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China helps Cambodia preserve its history

Cambodia’s Angkor Wat temple complex is one of the most important archaeological sites in Southeast Asia. UNESCO has set up a wide-range of programs to safeguard this symbolic site and its surroundings. China recently joined international efforts to help Cambodia preserve the cultural heritage site.

Tourism is the second major industry of Cambodia. And Angkor is definitely the trademark of Cambodian tourism. Angkor Wat, the largest religious monument in the world, is honored as the seventh wonder on the planet. As the best preserved architecture of the Angkor remains, Angkor Wat has become the symbol of the country.

“Cambodia is near China geographically. And Cambodia has abundant tourism resources, such as Angkor in Siem Reap.”

“What attracts me most is the civilization of Angkor Wat. I would like to see its architecture and humanistic history.”

There are more than 1,000 ancient cultural remains all around Cambodia.

The principal temple of the Angkorian region, Angkor Wat, was built between 1113 and 1150 by King Suryavarman II.

In 1992, the entire expanse, including Angkor Wat and Angkor Thom, is collectively protected as a UNESCO World Heritage Site. And UNESCO has set up a wide-ranging program to safeguard this symbolic site and its surroundings. Over 10 countries, including China, have joined in the international protection and restoration.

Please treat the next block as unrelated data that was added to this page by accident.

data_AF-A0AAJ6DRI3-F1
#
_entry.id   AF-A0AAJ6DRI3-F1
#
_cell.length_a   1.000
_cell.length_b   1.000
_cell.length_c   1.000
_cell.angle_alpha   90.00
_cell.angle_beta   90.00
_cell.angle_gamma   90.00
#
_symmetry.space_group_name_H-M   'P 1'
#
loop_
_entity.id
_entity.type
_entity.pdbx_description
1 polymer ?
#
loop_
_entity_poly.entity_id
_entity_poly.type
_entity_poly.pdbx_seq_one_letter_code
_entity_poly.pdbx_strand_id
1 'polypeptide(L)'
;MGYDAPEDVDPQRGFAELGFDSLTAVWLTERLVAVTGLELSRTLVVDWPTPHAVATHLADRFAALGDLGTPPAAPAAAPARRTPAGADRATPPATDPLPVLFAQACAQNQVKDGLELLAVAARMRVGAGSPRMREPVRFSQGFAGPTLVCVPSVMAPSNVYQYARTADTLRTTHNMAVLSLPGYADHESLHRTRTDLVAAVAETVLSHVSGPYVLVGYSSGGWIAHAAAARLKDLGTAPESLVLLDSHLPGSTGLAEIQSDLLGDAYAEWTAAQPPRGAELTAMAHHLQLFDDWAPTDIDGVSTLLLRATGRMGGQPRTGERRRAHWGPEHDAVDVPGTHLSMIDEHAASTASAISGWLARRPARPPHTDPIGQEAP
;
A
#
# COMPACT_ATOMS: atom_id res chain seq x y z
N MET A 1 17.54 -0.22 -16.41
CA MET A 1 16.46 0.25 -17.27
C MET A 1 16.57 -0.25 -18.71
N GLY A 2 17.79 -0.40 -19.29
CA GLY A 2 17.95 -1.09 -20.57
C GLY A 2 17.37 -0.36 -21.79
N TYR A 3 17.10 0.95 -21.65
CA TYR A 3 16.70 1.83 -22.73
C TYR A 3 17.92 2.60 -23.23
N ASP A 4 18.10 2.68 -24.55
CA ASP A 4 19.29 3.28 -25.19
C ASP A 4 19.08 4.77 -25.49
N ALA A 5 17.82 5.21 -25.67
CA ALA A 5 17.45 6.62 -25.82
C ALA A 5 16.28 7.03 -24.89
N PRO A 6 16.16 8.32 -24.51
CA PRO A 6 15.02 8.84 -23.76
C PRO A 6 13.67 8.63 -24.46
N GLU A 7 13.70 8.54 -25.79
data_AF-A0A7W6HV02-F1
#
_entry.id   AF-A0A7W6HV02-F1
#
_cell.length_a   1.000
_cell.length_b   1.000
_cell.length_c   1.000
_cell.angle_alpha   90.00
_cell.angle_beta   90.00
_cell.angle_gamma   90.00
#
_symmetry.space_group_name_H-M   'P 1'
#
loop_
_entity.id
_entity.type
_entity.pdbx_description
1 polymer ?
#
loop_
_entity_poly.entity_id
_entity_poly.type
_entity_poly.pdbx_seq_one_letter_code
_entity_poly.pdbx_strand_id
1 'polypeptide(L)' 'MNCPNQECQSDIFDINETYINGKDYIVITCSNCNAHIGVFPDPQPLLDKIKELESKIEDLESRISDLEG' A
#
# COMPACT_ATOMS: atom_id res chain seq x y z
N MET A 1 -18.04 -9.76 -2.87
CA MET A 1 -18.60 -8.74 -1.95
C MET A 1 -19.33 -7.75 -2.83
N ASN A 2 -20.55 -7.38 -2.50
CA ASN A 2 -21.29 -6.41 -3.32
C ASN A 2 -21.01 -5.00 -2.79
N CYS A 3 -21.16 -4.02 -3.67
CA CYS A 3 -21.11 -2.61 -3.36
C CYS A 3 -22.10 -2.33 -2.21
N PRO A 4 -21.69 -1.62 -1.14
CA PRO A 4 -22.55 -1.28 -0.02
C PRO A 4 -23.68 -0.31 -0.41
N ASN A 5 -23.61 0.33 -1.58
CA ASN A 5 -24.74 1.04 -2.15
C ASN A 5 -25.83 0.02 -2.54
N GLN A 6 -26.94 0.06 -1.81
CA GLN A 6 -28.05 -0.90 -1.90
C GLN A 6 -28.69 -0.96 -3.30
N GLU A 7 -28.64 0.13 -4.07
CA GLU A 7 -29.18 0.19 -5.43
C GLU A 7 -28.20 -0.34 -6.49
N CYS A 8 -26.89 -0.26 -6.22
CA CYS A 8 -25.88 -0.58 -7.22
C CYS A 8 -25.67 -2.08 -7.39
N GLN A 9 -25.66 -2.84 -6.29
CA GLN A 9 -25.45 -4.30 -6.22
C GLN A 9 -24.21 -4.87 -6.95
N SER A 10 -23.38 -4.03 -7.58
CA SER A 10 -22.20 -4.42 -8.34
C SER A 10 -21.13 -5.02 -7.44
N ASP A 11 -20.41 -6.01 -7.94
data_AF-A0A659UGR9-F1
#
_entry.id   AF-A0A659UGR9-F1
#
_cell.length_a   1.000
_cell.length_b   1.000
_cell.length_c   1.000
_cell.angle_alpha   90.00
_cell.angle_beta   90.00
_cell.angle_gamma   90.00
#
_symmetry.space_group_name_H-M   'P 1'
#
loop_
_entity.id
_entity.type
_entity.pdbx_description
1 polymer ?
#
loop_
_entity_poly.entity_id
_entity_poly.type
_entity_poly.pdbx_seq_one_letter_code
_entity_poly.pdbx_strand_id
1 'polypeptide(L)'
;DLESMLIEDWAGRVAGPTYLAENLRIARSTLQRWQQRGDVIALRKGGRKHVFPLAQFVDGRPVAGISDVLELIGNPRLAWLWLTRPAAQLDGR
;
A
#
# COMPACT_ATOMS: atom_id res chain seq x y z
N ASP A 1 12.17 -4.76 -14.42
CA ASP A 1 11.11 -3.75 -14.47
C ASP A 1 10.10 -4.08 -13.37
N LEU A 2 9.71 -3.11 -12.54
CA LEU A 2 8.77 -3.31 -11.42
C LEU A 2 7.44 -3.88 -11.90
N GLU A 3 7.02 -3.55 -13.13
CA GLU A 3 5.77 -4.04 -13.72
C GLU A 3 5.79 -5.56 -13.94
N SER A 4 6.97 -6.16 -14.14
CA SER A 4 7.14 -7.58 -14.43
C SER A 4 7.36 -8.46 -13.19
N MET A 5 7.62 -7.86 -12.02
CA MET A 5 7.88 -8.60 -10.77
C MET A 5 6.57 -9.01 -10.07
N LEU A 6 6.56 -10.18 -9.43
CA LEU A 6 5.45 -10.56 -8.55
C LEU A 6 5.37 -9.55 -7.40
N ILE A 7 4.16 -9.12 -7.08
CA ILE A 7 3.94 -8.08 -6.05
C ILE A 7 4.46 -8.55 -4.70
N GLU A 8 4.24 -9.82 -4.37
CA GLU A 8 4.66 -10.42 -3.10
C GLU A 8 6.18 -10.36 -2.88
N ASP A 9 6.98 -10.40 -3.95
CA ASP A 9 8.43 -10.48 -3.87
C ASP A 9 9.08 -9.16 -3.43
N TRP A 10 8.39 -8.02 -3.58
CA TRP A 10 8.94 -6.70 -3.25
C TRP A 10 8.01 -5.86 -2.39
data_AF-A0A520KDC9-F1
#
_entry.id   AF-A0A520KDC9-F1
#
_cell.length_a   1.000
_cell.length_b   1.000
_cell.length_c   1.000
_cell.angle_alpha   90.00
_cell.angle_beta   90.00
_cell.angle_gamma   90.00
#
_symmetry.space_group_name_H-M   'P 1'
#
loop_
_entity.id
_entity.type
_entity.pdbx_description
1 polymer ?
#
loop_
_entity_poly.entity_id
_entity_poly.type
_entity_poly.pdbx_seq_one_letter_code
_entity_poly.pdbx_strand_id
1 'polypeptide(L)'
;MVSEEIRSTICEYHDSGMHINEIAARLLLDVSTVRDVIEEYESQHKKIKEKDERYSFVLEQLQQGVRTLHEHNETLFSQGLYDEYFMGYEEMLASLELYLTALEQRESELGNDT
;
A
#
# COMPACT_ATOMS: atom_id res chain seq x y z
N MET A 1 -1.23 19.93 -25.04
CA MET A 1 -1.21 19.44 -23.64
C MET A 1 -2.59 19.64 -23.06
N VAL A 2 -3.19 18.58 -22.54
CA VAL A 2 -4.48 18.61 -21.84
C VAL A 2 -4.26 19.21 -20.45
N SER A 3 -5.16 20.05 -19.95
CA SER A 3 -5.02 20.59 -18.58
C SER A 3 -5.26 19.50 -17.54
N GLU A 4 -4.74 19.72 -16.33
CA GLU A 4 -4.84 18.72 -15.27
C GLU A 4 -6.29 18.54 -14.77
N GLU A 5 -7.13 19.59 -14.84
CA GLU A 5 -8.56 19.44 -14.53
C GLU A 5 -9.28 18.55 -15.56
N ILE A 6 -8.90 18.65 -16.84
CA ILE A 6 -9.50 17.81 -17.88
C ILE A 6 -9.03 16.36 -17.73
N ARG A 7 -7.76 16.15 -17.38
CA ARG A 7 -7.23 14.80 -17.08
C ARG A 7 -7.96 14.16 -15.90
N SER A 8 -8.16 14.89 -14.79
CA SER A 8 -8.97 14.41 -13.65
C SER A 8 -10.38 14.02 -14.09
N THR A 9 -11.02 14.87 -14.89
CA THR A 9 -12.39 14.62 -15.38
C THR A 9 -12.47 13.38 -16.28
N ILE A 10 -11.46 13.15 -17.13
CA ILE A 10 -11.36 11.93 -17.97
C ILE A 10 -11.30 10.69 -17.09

“Nearly 3 million tourists have seen the original look of Chau Say Tevoda, and the signs written in Chinese, English and Cambodian near the temple. That shows China’s outstanding engineering and technical capabilities in restoring ancient sites,” said Phay Siphan, State Secretary of Council of Ministers, Cambodia.

Back in 1998, China sent a professional team to participate in the protection and renovation of Chau Say Tevoda. After 10 years of painstaking work, its original structure and artistic scene was regained in 2008. And China’s aid won high acclaim from the Cambodian government and UNESCO.

“The successful restoration of Chau Say Tevoda shows China’s power on politics and economy, as well as on culture,” said Phay Siphan.

The friendship between Chinese and Cambodian people started over 2,000 year ago, which is much longer than any other countries who also participated in the program.

In 2009, China and Cambodia reached an agreement that Chinese government would provide 40 million yuan, or $6 million, to protecting and restoring Ta Keo. The construction will be complete in eight years.

“1.5 million Cambodian people appreciate China’s participation. We are grateful to see that Chinese leaders and people pay great attention to the world’s cultural heritage. We expect the Ta Keo renovation to be very successful, which will showcase China’s remarkable technology,” said Phay Siphan.

Since 2010, “Smile of Angkor”, a performance sponsored by China and jointly created by artists from the two sides, has been presented in Angkor as a residency show. The extravaganza is seen by audiences as a living cultural and artistic museum of Cambodia.